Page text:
Remember Tamagotchis? Of course you do. They taught you about responsibility. They taught you about friendship. But most importantly, they taught you that friends don't leave friends in rooms filled with their own feces. Now, it's time to reopen those old, grief-stricken wounds. The Tamagotchi is back—and it is still hungry.
What Is It?
Tamagotchi Friends: The all new, revamped version of the very first thing you ever killed. This time around, though, your personal, digital pal can grow into one of 24 (!) different adult Tamagotchis. This is, of course, a stark contrast to the lone, featureless blob we had no choice but to love once upon a 1996.
That's not the only thing that's changed, though. A new era calls for new features, so your needy buddy also comes with "short range communication." In other words, you and your (human) friends can bump Tamagotchis together, allowing them to interact, play, and send needlessly complicated brief text messages. Because nostalgia.
Who's It For?
Children. Lonely children. Children you hate. Anyone desperately grabbing at the forsaken remnants of their youth. Millennials.
The whole point of Tamagotchi Friends is that it stays as close to as possible to looking exactly like the Tamagotchis of yesteryear. No backlight, no color, no real bells and whistles at all—just raw Tamagotchi, quick and dirty like god intended.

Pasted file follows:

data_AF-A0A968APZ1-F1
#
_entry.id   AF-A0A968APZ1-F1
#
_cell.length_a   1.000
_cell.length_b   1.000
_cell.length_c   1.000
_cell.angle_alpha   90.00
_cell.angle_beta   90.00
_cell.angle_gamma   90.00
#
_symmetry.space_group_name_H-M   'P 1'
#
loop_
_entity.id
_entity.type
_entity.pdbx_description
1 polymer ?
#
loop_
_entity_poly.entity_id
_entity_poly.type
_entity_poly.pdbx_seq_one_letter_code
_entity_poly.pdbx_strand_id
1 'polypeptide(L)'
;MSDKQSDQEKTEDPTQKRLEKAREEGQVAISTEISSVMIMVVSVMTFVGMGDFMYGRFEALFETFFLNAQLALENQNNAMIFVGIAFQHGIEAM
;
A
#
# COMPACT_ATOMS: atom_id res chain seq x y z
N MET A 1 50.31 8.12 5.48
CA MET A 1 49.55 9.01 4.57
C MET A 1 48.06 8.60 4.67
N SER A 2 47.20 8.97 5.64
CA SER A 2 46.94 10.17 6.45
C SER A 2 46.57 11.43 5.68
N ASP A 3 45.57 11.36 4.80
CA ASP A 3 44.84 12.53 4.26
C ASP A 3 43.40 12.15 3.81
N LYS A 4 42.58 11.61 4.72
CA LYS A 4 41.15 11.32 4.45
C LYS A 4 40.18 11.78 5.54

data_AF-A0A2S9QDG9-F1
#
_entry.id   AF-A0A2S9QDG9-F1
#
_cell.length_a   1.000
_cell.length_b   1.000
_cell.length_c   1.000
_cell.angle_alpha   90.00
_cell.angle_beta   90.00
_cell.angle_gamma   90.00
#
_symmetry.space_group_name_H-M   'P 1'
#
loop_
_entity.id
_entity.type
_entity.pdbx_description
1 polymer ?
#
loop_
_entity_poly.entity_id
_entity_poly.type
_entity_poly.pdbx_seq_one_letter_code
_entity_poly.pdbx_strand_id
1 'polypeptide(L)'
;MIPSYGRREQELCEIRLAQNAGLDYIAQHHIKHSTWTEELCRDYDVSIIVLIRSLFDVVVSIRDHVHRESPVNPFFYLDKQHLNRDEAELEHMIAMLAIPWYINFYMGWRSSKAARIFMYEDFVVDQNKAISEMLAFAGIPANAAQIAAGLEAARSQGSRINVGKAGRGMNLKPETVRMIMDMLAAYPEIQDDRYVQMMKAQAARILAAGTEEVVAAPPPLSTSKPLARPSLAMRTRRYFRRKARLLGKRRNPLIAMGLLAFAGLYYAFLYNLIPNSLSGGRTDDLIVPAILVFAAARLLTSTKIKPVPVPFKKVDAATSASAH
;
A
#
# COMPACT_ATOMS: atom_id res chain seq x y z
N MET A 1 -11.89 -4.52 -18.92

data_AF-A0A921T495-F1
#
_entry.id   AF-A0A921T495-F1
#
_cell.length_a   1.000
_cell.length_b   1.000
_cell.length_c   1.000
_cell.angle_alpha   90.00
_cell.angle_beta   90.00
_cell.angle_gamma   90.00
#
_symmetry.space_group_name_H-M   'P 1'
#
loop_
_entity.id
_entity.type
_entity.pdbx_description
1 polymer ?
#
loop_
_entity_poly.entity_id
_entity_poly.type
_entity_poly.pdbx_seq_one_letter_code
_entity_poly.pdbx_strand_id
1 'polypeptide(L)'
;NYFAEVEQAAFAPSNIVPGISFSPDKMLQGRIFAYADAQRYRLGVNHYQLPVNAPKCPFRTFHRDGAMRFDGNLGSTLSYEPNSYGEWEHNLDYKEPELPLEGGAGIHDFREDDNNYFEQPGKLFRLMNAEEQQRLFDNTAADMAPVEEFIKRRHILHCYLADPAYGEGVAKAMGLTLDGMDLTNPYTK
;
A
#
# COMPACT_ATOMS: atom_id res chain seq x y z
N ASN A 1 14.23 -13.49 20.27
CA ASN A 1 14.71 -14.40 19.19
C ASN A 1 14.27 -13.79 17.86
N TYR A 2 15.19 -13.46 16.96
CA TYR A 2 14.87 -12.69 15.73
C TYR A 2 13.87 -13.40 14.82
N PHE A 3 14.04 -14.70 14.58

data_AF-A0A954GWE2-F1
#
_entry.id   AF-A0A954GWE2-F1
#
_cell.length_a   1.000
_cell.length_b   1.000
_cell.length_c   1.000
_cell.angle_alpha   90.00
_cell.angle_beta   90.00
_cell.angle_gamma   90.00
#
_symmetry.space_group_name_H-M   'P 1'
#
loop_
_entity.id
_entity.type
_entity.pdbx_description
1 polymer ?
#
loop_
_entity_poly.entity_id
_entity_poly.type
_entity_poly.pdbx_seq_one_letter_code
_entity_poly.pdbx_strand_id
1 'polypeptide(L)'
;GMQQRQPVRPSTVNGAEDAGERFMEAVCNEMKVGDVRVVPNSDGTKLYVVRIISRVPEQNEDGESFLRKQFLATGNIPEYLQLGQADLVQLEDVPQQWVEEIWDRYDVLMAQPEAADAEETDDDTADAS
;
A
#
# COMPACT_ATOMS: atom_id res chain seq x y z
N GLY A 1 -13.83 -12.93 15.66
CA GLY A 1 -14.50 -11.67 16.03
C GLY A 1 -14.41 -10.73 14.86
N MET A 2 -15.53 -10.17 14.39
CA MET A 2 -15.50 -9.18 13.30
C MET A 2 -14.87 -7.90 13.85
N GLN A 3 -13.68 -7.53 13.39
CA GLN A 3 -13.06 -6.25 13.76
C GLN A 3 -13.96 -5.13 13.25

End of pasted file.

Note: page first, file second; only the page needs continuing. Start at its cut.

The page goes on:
And while this one is about twice the size of the original, it does allow you to fix what used to be a major headache—dead batteries. It used to be the case that, once your battery ran its course, that was it. RIP, little buddy. But now, you can pop in a new set of AAAs should the need arise. That is, assuming you ever make it that far.
With a Tamagotchi, you are essentially committing yourself to the care of a ravenous, co-dependent, incontinent, and questionably drunk new best friend. We know this now. But back in 1996, we felt the same way about Tamagotchis that today's tweens feel about Snapchat—it was our lifeline. But as is the case with most things you once loved in childhood, upon meeting them again as an adult, the rose-tinted lens of nostalgia fades. Fast.